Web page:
Getting it back together: The 2003-2004 Preview

Nicky Law keeping going

By Mark Douglas

Nicky Law is Bradford City's Winston Churchill. In the summer of 2002, when waves of debt-driven despondency threatened to engulf Valley Parade, his distinctive profile stood tall, a recognisable pillar of hope as the castle of sand that Geoffrey built dissolved around us. There he was: dignified but pragmatic, with nothing to offer us but a season of blood, toil, tears and sweat - a fresh message delivered with an honesty and integrity that veered so dramatically from the hot air coming out of the club in the previous months. His nondescript achievements on the field were forgotten: here was a man that City fans could do business with. And, as Law delivered a salvation of sorts, the doubters were silenced. How could they not be? His was the face of 'new City', warts and all. Certainly, we suffered humiliation in the ensuing ten months but come May, we were still alive and, in footballing terms, still at the business end of the English football pyramid.

But, the Churchill story didn't end with his stewardship of the free world in the Second World War. In 1946, just five short years after the end of the conflict, he was unceremoniously dumped from office, the beacon in the darkest hour unable to shine in times of normality. Thus lies the danger with Law. After accomplishing one of the most notable salvage jobs in the history of Bradford City FC, will he prove to be an effective leader only in times of crisis?

Law's path is paved with pitfalls. The first stage of the 'Bantams Future', the cultivation and reliance on young players, has become synonymous with the former Arsenal stopper, and 2003/2004 provides the first stern examination of the wisdom of this policy. Simon Francis remains arguably the finest prospect at Valley Parade since a young Scotsman tread the Bantams midfield in the early eighties with such poise, but his youthful backing cast remains largely unproven. The talented Tom Kearney's deferred ascension to the mantle of McCall will be one of the more compelling footnotes of the season, and much resides on its outcome. However, there remains those of us who, while we whisper it quietly, doubt the ability of local hero Danny Forrest to shoulder a striker's burden in this physical First Division, and, lest they forget the price of mediocrity, Law's slew of young Premiership rejects would do well to note the stuttering progress of Michael Standing, City's ephemeral midfield link-man.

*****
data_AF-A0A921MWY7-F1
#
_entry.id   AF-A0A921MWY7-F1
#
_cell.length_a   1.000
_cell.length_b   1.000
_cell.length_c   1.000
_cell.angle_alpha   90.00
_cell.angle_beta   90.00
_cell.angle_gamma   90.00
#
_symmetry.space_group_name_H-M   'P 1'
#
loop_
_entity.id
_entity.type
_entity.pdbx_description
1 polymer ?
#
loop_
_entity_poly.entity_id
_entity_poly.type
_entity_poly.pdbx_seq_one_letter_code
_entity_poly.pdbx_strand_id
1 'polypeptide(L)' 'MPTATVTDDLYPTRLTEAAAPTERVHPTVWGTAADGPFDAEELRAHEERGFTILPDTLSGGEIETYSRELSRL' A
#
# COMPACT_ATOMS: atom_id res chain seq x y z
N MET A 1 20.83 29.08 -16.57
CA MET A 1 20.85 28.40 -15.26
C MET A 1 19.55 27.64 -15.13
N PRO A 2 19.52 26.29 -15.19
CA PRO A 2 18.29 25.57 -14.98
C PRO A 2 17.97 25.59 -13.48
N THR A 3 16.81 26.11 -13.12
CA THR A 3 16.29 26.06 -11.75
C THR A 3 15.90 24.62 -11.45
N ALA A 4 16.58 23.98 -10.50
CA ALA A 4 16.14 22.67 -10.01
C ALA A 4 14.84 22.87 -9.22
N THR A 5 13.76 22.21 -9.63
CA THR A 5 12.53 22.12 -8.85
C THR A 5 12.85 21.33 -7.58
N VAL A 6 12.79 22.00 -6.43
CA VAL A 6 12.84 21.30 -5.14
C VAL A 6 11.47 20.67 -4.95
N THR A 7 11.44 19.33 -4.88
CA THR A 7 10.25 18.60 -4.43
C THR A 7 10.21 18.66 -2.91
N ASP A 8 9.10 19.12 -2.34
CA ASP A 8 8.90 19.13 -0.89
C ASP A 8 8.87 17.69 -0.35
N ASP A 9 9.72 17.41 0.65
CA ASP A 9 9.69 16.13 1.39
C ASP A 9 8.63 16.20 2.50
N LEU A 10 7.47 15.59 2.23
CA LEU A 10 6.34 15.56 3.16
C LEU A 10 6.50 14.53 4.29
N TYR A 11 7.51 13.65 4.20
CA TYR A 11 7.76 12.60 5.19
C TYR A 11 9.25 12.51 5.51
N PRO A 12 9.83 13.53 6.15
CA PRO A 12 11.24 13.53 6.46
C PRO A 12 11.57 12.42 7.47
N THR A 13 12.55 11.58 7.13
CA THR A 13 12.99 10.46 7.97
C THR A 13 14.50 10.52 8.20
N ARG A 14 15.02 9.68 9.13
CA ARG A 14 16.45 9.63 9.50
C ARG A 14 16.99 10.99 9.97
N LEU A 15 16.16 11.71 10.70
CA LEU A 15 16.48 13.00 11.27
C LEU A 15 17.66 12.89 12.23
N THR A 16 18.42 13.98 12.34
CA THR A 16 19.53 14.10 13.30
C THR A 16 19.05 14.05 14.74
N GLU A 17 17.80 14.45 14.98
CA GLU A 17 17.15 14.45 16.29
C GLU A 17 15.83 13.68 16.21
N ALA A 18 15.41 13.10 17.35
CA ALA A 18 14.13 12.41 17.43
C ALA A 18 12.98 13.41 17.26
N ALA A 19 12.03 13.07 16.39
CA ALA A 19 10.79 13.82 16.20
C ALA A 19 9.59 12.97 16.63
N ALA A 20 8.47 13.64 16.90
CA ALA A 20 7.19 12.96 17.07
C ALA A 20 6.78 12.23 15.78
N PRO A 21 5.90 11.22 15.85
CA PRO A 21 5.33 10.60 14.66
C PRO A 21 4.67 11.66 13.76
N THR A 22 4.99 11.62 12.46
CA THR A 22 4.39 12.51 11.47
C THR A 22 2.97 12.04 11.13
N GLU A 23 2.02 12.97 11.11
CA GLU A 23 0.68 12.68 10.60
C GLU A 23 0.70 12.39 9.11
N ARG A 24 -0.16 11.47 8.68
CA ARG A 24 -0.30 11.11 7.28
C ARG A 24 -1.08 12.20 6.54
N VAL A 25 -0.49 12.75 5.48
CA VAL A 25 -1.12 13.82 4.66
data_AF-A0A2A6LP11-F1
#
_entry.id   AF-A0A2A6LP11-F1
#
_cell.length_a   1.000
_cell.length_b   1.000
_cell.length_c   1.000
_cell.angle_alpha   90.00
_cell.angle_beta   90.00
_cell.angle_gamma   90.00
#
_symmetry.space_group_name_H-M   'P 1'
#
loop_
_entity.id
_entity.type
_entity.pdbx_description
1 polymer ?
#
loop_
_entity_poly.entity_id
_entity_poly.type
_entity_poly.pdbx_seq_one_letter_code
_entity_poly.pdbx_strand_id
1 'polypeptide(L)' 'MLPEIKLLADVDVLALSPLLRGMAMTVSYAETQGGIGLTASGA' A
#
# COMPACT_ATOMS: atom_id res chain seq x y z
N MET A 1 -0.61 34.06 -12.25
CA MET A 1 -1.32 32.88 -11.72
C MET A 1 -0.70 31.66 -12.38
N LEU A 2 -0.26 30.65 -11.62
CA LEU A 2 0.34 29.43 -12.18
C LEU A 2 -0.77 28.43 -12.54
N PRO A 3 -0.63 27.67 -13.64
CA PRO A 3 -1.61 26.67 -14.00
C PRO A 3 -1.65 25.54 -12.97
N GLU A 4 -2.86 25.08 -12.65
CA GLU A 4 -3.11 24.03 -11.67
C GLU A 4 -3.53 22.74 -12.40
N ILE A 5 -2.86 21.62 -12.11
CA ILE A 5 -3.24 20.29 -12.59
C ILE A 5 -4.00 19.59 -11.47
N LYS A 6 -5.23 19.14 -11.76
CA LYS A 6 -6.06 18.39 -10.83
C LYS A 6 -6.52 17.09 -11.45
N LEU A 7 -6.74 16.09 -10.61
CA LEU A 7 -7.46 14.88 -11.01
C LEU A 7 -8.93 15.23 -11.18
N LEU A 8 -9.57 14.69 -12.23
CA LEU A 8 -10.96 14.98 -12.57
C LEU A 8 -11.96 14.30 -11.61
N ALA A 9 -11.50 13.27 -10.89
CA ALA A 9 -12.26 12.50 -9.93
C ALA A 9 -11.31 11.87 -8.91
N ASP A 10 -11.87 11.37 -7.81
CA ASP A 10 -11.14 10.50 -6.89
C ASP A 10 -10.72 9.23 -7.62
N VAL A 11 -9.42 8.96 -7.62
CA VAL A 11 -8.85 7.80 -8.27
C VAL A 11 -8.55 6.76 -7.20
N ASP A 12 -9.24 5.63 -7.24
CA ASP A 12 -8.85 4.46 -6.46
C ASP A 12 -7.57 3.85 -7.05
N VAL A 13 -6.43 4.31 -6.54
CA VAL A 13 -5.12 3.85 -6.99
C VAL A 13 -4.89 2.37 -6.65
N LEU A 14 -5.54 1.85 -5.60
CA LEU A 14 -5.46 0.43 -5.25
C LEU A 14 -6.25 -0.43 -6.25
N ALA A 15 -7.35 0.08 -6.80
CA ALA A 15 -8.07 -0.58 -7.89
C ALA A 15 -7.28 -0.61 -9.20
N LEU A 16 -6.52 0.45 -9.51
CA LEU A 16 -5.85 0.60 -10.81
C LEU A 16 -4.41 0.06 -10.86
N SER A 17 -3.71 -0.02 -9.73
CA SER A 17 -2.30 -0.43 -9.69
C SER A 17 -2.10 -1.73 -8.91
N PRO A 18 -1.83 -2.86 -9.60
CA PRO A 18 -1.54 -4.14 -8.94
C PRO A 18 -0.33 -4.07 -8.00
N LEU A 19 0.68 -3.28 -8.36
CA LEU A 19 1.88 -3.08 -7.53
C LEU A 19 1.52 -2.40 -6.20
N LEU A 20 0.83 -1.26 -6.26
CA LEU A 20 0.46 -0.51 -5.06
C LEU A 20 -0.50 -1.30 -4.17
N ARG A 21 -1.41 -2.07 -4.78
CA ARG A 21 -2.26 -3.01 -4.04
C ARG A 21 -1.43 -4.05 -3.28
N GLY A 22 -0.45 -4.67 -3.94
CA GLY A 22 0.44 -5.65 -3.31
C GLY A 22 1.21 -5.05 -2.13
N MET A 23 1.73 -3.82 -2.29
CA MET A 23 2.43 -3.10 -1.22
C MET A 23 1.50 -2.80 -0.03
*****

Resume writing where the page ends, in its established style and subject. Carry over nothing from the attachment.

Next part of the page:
Similarly, Law's judgement in that litmus test of managers, the transfer market, will come under scrutiny. Whereas last season most of Law's decisions had been forced, his hand this close-season has been much freer. Claus Jorgensen, the driving force behind last season's springtime revival, was jettisoned largely by choice, and we may be pining for his return if no goal-scoring replacement emerges. The biggest signing of the season was also a gamble. Will Dean Windass' cathartic return inspire, or will the presence of one of City's own galatico's of 99/2000 merely emphasise the difference between the current crop and the Premiership class of days gone by? They are all judgements that will be made by fans and board alike, probably sooner rather than later.

We are now days away from the Nationwide League kick-off. City have one of the best and most committed boardrooms in the league. For the manager, and much of the squad, however, D-Day is about to dawn.